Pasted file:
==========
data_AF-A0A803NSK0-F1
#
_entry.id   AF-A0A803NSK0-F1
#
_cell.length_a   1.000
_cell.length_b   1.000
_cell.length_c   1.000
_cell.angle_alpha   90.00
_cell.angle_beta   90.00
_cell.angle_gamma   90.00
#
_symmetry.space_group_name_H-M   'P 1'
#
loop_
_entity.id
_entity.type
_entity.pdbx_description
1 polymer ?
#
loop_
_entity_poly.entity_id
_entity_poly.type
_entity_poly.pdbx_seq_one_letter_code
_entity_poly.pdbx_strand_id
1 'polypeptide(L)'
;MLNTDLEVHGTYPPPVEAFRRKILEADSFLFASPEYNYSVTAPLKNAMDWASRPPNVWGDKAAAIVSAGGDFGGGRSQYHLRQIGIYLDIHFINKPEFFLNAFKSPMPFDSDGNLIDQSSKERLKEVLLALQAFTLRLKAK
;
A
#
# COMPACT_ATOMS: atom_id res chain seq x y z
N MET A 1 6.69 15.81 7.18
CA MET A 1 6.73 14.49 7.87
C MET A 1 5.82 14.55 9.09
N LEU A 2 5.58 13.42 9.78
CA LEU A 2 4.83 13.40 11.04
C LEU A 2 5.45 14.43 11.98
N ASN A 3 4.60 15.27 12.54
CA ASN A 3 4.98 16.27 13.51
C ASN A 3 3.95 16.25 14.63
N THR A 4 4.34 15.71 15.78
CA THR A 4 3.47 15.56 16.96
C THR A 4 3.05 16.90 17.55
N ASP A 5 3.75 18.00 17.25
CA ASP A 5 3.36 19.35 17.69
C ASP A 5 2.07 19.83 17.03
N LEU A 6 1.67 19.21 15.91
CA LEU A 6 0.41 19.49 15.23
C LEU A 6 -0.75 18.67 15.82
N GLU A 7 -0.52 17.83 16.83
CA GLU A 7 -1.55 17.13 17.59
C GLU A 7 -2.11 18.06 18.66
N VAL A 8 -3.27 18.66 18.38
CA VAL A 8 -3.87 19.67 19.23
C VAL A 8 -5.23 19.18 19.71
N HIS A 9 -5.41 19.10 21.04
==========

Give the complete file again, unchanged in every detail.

data_AF-A0A803NSK0-F1
#
_entry.id   AF-A0A803NSK0-F1
#
_cell.length_a   1.000
_cell.length_b   1.000
_cell.length_c   1.000
_cell.angle_alpha   90.00
_cell.angle_beta   90.00
_cell.angle_gamma   90.00
#
_symmetry.space_group_name_H-M   'P 1'
#
loop_
_entity.id
_entity.type
_entity.pdbx_description
1 polymer ?
#
loop_
_entity_poly.entity_id
_entity_poly.type
_entity_poly.pdbx_seq_one_letter_code
_entity_poly.pdbx_strand_id
1 'polypeptide(L)'
;MLNTDLEVHGTYPPPVEAFRRKILEADSFLFASPEYNYSVTAPLKNAMDWASRPPNVWGDKAAAIVSAGGDFGGGRSQYHLRQIGIYLDIHFINKPEFFLNAFKSPMPFDSDGNLIDQSSKERLKEVLLALQAFTLRLKAK
;
A
#
# COMPACT_ATOMS: atom_id res chain seq x y z
N MET A 1 6.69 15.81 7.18
CA MET A 1 6.73 14.49 7.87
C MET A 1 5.82 14.55 9.09
N LEU A 2 5.58 13.42 9.78
CA LEU A 2 4.83 13.40 11.04
C LEU A 2 5.45 14.43 11.98
N ASN A 3 4.60 15.27 12.54
CA ASN A 3 4.98 16.27 13.51
C ASN A 3 3.95 16.25 14.63
N THR A 4 4.34 15.71 15.78
CA THR A 4 3.47 15.56 16.96
C THR A 4 3.05 16.90 17.55
N ASP A 5 3.75 18.00 17.25
CA ASP A 5 3.36 19.35 17.69
C ASP A 5 2.07 19.83 17.03
N LEU A 6 1.67 19.21 15.91
CA LEU A 6 0.41 19.49 15.23
C LEU A 6 -0.75 18.67 15.82
N GLU A 7 -0.52 17.83 16.83
CA GLU A 7 -1.55 17.13 17.59
C GLU A 7 -2.11 18.06 18.66
N VAL A 8 -3.27 18.66 18.38
CA VAL A 8 -3.87 19.67 19.23
C VAL A 8 -5.23 19.18 19.71
N HIS A 9 -5.41 19.10 21.04